News: new baby

SDVoyager Meets Scott Morris!

By Clare Radd Interactive

Meet Scott Morris of Ro·Sham·Bo Baby in Carlsbad

Check out this awesome article about Ro·Sham·Bo Baby in SDVoyager, and be sure to also check out our kids' shades, like these pink and white baby Wayfarer sunglasses!

Today we’d like to introduce you to Scott Morris.

Scott, please share your story with us. How did you get to where you are today?
Ro·Sham·Bo Baby is owned and operated by San Diego family Scott, Julia and their baby girls, Avery (4) and Chloe (1).

We started our little company after realizing that nobody was making high-quality baby sunglasses or stylish baby shades while at a Padres game with a friend’s four-month-old who was staring up at the bright sun with no protection. Scott put his adult sunglasses on him and lightning struck: Little People Deserve Big People Shades. that means making our stylish baby shades in Italy instead of China. That means making them safe, durable, flexible, and chewable for little mouths. And that means making them just as stylish as designer adult shades.

Two years later, after a lot of frustration and dead ends finding the perfect manufacturing partner and creating the perfect material for the shades, we had the world’s best high-quality baby sunglasses ready for your little ones and ours! scott didn’t want stop there though, he wanted to wear matching unbreakable shades with his then 2-year-old Avery, so we made kids and adult sizes so the whole family can match!

Our name Ro·Sham·Bo Baby is a reference to the nostalgic game we all grew up playing (otherwise know as “rock, paper, scissors,” it also pays tribute to our autism support mission: a special education teacher in our family told us that playing Ro·Sham·Bo can be a valuable teaching tool when kids need a quiet, calming, and personal interaction with a teacher. We have autism in our family, so giving a portion of each sale to autism charity has been and always will be a pillar of our business.

We launched in June 2013 with a crowdfunding campaign to test the market for stylish baby shades and build up needed capital to fund more inventory and build this website. The result was overwhelming and the customer support and glowing feedback we received further fueled our ambition to make this dream of producing and selling high-quality baby sunglasses a reality.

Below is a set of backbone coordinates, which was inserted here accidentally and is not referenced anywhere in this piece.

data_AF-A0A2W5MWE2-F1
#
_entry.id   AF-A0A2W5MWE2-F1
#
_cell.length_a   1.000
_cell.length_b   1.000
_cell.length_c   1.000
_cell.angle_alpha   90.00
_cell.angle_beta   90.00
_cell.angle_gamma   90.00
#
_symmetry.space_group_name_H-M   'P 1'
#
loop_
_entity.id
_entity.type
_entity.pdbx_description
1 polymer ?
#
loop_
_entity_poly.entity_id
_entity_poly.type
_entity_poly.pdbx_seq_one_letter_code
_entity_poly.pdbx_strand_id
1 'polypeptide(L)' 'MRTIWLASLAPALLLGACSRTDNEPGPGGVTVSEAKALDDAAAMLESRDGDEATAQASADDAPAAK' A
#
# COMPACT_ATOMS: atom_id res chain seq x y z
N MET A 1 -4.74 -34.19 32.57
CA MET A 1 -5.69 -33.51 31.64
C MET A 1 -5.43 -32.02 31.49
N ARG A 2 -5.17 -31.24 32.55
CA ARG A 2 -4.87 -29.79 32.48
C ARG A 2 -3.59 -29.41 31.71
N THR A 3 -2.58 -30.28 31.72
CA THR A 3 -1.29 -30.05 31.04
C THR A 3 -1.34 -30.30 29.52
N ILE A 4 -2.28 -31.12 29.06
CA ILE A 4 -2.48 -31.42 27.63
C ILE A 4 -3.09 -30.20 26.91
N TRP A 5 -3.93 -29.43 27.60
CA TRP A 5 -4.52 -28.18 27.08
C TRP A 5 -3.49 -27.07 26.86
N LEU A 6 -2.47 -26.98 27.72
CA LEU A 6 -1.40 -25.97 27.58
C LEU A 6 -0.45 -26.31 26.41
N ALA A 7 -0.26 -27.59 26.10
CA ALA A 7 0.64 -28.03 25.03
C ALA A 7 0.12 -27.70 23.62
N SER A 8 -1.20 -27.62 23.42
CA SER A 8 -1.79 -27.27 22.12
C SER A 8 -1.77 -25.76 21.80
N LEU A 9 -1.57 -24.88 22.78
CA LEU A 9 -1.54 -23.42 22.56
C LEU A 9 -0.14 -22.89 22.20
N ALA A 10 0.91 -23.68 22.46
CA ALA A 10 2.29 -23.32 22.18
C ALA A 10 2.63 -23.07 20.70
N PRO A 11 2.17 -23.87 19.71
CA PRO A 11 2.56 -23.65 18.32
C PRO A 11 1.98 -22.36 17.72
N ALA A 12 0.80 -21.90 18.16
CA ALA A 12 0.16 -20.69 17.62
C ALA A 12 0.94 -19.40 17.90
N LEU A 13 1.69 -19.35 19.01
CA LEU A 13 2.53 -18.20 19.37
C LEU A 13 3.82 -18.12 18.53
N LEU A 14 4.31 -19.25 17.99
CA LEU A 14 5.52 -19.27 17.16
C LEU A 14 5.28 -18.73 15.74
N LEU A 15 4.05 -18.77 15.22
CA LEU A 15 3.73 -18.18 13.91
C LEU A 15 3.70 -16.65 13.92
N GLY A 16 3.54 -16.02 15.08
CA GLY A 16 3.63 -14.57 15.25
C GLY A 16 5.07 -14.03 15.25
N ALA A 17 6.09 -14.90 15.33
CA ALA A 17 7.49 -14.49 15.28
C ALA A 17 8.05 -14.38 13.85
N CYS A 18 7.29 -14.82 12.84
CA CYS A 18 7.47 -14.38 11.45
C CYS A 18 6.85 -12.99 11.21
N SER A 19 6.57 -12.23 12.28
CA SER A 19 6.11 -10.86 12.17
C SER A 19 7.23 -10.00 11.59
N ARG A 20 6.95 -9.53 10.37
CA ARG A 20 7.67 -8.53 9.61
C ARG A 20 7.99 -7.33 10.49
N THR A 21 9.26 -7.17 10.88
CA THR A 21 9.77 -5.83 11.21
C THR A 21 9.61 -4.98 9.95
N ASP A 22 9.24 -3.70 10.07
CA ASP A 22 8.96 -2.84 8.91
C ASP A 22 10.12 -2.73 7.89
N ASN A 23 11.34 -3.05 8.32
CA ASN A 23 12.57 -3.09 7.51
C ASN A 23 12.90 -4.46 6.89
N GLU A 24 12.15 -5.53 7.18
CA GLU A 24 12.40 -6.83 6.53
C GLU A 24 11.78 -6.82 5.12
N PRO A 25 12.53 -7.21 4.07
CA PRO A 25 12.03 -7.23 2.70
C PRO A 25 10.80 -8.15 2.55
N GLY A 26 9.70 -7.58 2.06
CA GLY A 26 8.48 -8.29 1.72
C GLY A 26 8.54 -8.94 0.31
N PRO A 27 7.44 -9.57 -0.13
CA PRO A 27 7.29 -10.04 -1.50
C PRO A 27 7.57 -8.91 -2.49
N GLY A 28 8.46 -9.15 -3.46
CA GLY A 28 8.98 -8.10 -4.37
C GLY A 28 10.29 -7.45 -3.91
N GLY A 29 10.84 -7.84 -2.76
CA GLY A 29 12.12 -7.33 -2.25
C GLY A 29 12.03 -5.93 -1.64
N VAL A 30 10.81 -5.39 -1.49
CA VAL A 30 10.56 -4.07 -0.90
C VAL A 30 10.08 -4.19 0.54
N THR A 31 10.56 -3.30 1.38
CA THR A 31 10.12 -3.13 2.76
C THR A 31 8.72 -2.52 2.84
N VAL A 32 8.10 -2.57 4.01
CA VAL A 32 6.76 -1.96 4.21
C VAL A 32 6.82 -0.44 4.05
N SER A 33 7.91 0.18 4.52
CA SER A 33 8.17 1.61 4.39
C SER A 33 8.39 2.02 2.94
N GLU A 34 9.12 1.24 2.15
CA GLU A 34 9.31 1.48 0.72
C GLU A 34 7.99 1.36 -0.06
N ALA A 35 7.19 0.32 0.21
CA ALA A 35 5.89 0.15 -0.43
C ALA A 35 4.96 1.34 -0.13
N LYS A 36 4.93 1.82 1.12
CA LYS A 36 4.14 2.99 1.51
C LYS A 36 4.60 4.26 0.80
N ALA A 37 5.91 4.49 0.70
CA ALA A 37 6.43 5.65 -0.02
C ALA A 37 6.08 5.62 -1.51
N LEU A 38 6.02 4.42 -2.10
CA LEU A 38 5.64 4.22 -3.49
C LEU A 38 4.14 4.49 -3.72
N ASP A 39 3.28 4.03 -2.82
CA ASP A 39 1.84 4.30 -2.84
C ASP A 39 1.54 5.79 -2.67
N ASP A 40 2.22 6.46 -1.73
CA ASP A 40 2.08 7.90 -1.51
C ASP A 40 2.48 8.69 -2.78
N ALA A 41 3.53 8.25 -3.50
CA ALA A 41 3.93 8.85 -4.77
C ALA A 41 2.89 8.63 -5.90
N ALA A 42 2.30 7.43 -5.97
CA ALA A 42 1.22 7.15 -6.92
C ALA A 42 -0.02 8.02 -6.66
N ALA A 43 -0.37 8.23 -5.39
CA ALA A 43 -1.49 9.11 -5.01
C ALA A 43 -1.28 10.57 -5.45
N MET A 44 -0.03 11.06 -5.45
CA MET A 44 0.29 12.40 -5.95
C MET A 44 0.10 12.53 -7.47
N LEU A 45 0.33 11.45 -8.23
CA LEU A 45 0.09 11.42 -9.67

Now 5 years after launch, Julia and Scott were finally able to leave their previous full-time jobs behind to focus on the business, and we moved into our office and warehouse in the Vista/Bressi Ranch area in 2017.

We have a long way to go but are super proud of how far we have come. We now have 5 sizes for the whole family from baby to adult large, we launched our prescription fulfillment service in 2017 (like Warby Parker for kids!) to rave reviews from parents, and we are working on new products all the time!

We have distribution in over 10 countries, have sent over 100,000 pairs of shades into the world, and earned thousands of 5-star reviews from happy parents. We love what we do and love seeing the smiling faces in shades we get to see every day from our customer submitted photos.

Great, so let’s dig a little deeper into the story – has it been an easy path overall and if not, what were the challenges you’ve had to overcome?
At first, it was a struggle just to stay afloat and keep the business going. When we launched, Scott worked as an attorney at one of San Diego’s premier law firms, Latham & Watkins in their downtown office (they have since moved to Del Mar). That job did not afford for much free time for a side hustle, so he took the big risk of leaving that ultra-competitive and lucrative career path to take an opportunity in academia.

He started a job at the University of San Diego Law School as the business was getting underway partly motivated by a desire to have a more reliable work schedule that would allow him to spend nights and weekends on the business (even lunchtimes running to the post office to drop off orders!). Julia was also working full time as a social media marketing professional at a fast-growing San Diego firm, Amobee, in Mira Mesa/Sorrento Valley area. After over 3 years of trying to make 2 full-time jobs, now 2 baby girls (Avery and Chloe, now almost 5 and 2), and a growing side business work, it was time to take the leap and go full time or give up the dream.